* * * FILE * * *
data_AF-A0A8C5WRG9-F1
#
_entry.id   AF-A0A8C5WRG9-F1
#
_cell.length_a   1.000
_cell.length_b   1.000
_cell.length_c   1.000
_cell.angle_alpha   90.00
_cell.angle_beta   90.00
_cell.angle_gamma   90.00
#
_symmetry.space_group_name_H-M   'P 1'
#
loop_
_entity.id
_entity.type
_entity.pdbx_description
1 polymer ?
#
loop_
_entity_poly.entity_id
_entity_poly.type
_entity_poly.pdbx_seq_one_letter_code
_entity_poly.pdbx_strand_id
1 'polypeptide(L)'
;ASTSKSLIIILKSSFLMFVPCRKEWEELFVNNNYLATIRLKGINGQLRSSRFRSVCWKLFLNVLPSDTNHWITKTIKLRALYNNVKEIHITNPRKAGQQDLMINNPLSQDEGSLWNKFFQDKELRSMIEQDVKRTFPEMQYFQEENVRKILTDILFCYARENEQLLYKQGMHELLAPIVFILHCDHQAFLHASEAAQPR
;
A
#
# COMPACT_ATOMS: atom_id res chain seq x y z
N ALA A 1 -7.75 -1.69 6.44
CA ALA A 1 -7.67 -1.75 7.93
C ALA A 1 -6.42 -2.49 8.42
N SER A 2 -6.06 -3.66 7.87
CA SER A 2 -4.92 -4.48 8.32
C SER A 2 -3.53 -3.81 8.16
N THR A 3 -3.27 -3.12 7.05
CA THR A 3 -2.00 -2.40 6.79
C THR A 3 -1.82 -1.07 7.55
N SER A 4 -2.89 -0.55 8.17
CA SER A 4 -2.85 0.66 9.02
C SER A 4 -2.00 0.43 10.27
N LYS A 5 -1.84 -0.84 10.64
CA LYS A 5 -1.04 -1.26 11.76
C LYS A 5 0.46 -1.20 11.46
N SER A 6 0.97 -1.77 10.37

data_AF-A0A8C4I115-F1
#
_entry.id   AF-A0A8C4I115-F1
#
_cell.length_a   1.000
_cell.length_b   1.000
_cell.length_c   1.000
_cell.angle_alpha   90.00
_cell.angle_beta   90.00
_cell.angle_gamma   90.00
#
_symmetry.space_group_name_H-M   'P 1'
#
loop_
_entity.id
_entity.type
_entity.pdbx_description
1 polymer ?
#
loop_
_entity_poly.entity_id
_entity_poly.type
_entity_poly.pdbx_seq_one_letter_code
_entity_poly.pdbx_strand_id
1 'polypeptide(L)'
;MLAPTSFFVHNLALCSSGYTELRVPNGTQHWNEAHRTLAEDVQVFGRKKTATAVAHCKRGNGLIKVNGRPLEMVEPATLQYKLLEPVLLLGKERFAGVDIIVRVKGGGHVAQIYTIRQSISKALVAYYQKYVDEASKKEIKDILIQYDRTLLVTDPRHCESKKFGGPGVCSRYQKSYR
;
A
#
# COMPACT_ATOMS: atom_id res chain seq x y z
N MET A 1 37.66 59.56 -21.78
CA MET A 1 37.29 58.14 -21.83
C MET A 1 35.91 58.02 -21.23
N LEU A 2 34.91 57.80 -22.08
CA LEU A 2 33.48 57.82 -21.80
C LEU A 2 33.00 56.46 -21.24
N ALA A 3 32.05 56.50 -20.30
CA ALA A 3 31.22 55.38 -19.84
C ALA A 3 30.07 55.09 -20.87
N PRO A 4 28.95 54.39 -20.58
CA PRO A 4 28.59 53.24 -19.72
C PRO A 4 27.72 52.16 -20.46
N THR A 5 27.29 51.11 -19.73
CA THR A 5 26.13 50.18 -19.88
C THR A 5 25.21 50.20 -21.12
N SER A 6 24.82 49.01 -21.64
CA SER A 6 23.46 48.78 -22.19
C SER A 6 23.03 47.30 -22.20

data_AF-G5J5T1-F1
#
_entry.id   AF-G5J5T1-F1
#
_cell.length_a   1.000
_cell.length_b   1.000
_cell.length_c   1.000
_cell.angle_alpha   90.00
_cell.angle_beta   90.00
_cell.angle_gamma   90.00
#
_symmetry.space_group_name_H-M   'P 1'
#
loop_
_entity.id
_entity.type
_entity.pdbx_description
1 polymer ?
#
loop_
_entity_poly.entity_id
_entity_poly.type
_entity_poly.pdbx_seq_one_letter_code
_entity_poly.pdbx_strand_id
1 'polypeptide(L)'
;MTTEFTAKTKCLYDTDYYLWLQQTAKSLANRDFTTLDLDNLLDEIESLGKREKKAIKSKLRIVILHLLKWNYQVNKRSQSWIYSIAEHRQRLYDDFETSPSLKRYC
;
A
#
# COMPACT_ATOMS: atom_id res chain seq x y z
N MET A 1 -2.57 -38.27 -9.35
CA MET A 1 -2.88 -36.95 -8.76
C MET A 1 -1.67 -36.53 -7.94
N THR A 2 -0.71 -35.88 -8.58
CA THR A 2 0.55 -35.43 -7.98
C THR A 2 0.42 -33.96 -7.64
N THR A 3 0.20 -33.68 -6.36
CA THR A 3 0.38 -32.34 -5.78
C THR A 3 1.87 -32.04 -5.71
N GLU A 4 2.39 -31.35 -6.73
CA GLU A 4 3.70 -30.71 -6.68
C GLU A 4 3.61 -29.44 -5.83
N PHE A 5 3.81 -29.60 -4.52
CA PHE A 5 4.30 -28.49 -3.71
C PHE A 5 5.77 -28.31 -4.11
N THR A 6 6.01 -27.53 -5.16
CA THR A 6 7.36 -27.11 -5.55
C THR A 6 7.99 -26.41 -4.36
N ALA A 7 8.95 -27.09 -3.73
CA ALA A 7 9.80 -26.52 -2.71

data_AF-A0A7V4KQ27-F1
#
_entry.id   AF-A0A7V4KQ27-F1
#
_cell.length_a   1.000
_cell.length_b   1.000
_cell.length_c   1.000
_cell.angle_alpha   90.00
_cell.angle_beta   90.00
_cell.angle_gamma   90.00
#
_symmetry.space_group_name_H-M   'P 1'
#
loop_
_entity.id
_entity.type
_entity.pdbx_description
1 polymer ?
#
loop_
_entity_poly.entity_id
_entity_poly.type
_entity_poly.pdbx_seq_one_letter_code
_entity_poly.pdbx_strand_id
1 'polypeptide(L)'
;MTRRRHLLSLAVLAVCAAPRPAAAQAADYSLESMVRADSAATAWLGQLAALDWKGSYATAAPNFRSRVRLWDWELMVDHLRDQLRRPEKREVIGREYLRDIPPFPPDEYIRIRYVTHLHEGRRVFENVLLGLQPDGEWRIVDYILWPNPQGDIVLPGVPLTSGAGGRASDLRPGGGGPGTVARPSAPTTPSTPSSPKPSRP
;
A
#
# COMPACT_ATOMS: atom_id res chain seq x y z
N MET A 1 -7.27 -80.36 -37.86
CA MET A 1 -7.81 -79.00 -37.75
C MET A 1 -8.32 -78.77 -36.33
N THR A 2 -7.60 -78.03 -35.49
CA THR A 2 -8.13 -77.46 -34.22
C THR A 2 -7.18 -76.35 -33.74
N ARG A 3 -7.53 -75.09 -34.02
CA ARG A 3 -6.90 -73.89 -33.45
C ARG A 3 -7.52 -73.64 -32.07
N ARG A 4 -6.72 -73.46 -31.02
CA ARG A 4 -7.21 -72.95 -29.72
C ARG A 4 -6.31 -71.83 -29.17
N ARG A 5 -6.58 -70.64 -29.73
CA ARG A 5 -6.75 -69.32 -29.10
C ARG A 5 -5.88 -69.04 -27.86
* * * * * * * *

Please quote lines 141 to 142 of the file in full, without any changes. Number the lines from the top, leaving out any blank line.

CA THR A 6 7.36 -27.11 -5.55
C THR A 6 7.99 -26.41 -4.36